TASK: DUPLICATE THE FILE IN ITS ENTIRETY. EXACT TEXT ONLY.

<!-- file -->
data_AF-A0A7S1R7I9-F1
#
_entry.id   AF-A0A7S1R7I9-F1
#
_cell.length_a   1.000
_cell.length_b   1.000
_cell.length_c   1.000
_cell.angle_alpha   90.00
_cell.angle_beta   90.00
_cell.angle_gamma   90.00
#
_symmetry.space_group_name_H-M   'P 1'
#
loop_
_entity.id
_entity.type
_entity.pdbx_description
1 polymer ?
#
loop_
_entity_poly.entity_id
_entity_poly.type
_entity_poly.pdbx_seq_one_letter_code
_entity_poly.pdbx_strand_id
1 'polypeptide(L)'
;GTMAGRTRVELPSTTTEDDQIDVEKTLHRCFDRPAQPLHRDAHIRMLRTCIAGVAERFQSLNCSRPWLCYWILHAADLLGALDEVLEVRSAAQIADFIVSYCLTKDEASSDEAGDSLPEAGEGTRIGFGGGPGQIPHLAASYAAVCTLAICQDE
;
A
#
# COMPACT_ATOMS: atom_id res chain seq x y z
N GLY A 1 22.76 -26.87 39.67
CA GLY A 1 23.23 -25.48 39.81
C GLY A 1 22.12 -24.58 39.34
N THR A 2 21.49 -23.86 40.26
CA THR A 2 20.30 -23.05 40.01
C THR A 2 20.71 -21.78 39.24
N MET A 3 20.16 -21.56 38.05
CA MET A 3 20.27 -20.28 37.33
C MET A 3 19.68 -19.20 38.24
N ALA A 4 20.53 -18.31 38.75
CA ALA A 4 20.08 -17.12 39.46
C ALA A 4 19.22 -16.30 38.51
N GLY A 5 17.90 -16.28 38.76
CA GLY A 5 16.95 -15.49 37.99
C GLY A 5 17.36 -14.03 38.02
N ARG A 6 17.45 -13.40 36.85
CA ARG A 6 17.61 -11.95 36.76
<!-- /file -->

data_AF-A0A7S1R7I9-F1
#
_entry.id   AF-A0A7S1R7I9-F1
#
_cell.length_a   1.000
_cell.length_b   1.000
_cell.length_c   1.000
_cell.angle_alpha   90.00
_cell.angle_beta   90.00
_cell.angle_gamma   90.00
#
_symmetry.space_group_name_H-M   'P 1'
#
loop_
_entity.id
_entity.type
_entity.pdbx_description
1 polymer ?
#
loop_
_entity_poly.entity_id
_entity_poly.type
_entity_poly.pdbx_seq_one_letter_code
_entity_poly.pdbx_strand_id
1 'polypeptide(L)'
;GTMAGRTRVELPSTTTEDDQIDVEKTLHRCFDRPAQPLHRDAHIRMLRTCIAGVAERFQSLNCSRPWLCYWILHAADLLGALDEVLEVRSAAQIADFIVSYCLTKDEASSDEAGDSLPEAGEGTRIGFGGGPGQIPHLAASYAAVCTLAICQDE
;
A
#
# COMPACT_ATOMS: atom_id res chain seq x y z
N GLY A 1 22.76 -26.87 39.67
CA GLY A 1 23.23 -25.48 39.81
C GLY A 1 22.12 -24.58 39.34
N THR A 2 21.49 -23.86 40.26
CA THR A 2 20.30 -23.05 40.01
C THR A 2 20.71 -21.78 39.24
N MET A 3 20.16 -21.56 38.05
CA MET A 3 20.27 -20.28 37.33
C MET A 3 19.68 -19.20 38.24
N ALA A 4 20.53 -18.31 38.75
CA ALA A 4 20.08 -17.12 39.46
C ALA A 4 19.22 -16.30 38.51
N GLY A 5 17.90 -16.28 38.76
CA GLY A 5 16.95 -15.49 37.99
C GLY A 5 17.36 -14.03 38.02
N ARG A 6 17.45 -13.40 36.85
CA ARG A 6 17.61 -11.95 36.76